So it’s you and your trusty visual aid on the stage, in front of a looking, anticipating crowd. You’re about to deliver a pitch. You fire up your presentation and start talking away, only to find halfway through the engagement that your audience is uninterested. Was it you? Was it your presentation or its design? What went wrong?
You’re confident it’s not something you did or something you lack. You’re confident you did it as perfectly as you can: clear and audible voice, open body language, inviting and warm atmosphere, great connection with the audience, and avoiding habits like over-smiling and overacting. If nothing points to you, then something’s wrong with your visual aid, right?
There are common mistakes when it comes to presentation. One is there’s too much stuff on the slides: walls of texts, images that fill up white space, pictures that are unrelated to the topic, flashy transition animations or object effects, or any combination of these. Another is its complete opposite: having too little, whether it’s one line of text that isn’t the main point or the lack of interesting images that can drive a point home. Those kinds of mistakes are really presentation killers.
So how you do avoid them? Let’s go back to the basics with this infographic from SlideGenius.
Nobody becomes a master overnight. Becoming good at something takes a lot of effort, even more practice, and precise mastery of the basics. The last is not easy, but you’ll get there. Work towards it.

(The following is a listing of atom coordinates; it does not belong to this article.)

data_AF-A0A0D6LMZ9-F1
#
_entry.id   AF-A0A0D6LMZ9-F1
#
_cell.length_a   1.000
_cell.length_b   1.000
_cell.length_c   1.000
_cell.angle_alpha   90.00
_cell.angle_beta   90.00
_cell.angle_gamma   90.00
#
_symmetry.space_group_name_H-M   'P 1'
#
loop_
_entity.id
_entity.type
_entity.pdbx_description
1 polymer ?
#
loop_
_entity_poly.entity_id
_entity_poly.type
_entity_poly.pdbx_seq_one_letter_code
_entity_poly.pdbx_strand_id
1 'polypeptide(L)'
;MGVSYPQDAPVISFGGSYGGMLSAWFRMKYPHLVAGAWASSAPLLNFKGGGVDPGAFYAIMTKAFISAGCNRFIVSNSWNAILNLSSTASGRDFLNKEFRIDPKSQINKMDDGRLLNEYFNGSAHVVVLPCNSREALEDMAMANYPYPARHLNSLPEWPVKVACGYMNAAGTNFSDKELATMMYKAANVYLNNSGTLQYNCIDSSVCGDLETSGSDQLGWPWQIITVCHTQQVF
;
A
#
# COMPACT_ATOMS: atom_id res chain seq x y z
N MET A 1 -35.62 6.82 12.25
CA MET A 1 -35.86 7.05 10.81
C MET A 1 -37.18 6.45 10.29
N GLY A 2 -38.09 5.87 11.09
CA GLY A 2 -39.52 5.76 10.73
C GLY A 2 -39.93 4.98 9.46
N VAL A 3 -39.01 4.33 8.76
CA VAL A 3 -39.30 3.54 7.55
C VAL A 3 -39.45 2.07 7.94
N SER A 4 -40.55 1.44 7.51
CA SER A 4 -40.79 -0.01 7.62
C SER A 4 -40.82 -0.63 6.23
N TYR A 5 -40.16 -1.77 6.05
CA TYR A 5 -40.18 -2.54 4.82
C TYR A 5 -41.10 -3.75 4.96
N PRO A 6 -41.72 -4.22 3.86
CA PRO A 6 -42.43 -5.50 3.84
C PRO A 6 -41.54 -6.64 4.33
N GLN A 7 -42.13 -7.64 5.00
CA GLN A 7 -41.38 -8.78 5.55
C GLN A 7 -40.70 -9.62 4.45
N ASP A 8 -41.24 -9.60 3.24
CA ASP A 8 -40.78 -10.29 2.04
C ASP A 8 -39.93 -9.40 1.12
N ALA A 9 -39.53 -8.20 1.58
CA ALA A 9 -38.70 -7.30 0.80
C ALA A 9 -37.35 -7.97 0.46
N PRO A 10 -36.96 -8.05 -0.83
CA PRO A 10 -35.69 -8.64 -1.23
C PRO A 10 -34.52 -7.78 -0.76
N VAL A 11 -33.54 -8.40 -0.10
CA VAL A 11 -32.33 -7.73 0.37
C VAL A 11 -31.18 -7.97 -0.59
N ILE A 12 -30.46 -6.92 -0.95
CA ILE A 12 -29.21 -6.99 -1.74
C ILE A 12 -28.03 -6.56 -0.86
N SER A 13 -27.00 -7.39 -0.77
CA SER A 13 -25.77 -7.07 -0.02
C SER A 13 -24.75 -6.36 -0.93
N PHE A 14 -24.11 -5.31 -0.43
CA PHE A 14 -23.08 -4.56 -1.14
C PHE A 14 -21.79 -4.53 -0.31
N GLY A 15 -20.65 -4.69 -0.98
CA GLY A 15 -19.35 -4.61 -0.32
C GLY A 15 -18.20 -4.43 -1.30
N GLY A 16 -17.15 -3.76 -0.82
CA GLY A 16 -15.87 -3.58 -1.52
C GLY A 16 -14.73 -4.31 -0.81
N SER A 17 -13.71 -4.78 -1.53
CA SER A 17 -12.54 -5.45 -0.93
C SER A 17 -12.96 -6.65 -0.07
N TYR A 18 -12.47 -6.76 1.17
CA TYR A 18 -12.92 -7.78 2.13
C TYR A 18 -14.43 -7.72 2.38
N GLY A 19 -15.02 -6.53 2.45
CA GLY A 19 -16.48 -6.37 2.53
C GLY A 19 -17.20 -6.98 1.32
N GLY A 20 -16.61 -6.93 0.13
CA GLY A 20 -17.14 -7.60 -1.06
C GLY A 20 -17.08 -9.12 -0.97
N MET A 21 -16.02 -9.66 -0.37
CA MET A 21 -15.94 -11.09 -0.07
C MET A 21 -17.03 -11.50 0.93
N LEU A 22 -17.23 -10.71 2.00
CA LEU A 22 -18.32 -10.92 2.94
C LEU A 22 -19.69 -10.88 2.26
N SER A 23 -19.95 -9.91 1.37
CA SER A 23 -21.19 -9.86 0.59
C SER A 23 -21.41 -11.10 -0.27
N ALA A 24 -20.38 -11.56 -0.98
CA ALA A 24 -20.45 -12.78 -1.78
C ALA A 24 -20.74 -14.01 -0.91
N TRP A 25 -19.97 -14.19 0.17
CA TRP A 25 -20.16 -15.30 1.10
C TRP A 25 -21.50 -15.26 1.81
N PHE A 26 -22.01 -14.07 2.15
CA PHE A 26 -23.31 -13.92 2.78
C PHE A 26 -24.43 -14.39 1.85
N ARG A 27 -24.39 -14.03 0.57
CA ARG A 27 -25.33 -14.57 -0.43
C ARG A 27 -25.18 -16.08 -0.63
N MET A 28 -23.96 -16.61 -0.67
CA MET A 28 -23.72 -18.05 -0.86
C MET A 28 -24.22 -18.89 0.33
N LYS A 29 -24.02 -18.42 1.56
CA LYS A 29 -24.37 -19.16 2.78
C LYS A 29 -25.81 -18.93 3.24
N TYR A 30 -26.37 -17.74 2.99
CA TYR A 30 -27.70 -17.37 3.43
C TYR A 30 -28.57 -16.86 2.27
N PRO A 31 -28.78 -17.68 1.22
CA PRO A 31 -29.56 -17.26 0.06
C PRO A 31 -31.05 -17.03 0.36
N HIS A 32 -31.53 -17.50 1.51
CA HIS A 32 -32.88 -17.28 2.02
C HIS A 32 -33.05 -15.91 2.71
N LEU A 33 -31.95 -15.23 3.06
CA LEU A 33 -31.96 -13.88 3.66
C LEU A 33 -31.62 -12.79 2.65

But don’t put yourself on a last-stand position. As with anything, preparation is key. Take this exercise as part of that. Study the basics over and over again. You’ve got nothing to lose and a whole lot more to gain.
Design is not a small matter to just do willy-nilly. In today’s world of short attention spans, retaining attention becomes harder than arresting it.
So when are you going to create the next best PowerPoint presentation?
McSpadden, Kevin. “You Now Have a Shorter Attention Span Than a Goldfish.” Time. May 14, 2015. www.time.com/3858309/attention-spans-goldfish
Pinola, Melanie. “How to Create Presentations that Don’t Suck.” Lifehacker. June 9, 2011. www.lifehacker.com/5810271/how-to-create-presentations-that-dont-suck
“Presentation Design 101: How to really presentations that really engage [with templates].” Canva. May 5, 2016. designschool.canva.com/blog/presentation-design-101